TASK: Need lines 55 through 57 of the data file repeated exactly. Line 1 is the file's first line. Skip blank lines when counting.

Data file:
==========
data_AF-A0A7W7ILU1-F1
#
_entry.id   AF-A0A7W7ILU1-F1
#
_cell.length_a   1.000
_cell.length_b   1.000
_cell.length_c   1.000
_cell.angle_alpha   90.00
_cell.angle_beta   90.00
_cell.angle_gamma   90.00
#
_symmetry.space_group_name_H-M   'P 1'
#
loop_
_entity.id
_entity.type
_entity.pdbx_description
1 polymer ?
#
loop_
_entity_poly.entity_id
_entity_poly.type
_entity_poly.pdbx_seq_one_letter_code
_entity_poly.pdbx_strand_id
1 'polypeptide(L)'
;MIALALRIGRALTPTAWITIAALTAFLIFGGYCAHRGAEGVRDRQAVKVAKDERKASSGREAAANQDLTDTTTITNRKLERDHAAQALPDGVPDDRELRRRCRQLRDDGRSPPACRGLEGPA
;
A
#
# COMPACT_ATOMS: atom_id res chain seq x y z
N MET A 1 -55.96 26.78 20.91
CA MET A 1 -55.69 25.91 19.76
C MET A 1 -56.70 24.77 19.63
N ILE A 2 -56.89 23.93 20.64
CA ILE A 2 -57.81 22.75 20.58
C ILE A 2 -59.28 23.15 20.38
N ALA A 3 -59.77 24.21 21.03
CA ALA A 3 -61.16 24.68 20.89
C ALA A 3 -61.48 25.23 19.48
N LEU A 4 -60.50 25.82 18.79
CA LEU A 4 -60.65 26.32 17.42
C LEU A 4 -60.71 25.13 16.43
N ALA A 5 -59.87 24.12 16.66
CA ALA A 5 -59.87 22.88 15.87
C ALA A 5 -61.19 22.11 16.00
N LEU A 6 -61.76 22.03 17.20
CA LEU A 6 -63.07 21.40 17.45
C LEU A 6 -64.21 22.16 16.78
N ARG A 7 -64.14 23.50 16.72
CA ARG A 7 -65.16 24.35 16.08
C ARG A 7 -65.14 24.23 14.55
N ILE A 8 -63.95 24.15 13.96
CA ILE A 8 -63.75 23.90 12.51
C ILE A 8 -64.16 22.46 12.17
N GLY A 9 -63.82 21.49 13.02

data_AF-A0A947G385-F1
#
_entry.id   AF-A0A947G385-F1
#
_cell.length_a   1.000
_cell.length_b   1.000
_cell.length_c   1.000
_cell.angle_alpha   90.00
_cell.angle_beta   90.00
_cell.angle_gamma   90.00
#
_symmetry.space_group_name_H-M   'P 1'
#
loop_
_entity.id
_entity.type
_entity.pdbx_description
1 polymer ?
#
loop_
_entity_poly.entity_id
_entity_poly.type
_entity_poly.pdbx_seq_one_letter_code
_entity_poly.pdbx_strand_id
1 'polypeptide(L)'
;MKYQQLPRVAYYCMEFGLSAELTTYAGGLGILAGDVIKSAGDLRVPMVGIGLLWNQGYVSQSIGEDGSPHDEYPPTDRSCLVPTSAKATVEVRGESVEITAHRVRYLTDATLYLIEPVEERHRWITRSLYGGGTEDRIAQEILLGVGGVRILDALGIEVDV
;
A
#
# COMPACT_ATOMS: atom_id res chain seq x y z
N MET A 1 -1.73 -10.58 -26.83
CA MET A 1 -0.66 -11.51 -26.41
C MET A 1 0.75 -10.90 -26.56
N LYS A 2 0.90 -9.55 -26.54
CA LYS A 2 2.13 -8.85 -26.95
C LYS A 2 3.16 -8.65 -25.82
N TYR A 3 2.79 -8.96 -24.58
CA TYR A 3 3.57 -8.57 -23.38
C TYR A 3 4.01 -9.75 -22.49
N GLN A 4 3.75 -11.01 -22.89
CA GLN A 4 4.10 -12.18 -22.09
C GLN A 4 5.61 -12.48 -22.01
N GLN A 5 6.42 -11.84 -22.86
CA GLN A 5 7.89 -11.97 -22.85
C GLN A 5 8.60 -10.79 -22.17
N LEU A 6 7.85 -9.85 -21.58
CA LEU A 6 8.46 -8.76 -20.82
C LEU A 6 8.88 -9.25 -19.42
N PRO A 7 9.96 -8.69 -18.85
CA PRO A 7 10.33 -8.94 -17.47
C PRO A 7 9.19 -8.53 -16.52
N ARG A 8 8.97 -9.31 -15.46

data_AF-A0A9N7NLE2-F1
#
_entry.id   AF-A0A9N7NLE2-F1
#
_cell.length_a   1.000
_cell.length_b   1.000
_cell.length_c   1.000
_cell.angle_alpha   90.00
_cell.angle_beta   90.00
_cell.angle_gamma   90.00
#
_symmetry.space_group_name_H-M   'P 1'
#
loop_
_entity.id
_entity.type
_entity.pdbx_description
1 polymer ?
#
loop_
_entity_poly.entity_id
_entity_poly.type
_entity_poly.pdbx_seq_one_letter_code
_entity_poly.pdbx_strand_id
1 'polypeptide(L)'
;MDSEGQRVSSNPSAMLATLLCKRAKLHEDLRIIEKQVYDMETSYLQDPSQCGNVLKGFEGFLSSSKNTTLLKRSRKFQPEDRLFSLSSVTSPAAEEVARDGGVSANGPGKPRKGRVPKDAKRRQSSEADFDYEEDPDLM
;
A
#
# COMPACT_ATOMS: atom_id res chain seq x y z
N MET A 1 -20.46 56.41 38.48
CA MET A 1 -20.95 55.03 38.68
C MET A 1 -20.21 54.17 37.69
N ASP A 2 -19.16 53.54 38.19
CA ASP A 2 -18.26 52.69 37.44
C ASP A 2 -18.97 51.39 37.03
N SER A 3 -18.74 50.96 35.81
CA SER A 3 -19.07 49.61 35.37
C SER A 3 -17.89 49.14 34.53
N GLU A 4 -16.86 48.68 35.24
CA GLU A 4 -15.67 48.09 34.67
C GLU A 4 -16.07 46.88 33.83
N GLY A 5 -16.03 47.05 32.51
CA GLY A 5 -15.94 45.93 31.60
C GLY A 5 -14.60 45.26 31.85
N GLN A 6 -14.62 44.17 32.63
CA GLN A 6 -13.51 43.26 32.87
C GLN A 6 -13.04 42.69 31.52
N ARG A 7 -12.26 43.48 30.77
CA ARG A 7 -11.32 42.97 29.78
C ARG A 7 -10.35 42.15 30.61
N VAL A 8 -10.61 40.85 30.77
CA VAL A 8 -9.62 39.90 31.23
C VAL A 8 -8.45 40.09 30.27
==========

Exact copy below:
N GLY A 9 -63.82 21.49 13.02

data_AF-A0A947G385-F1
#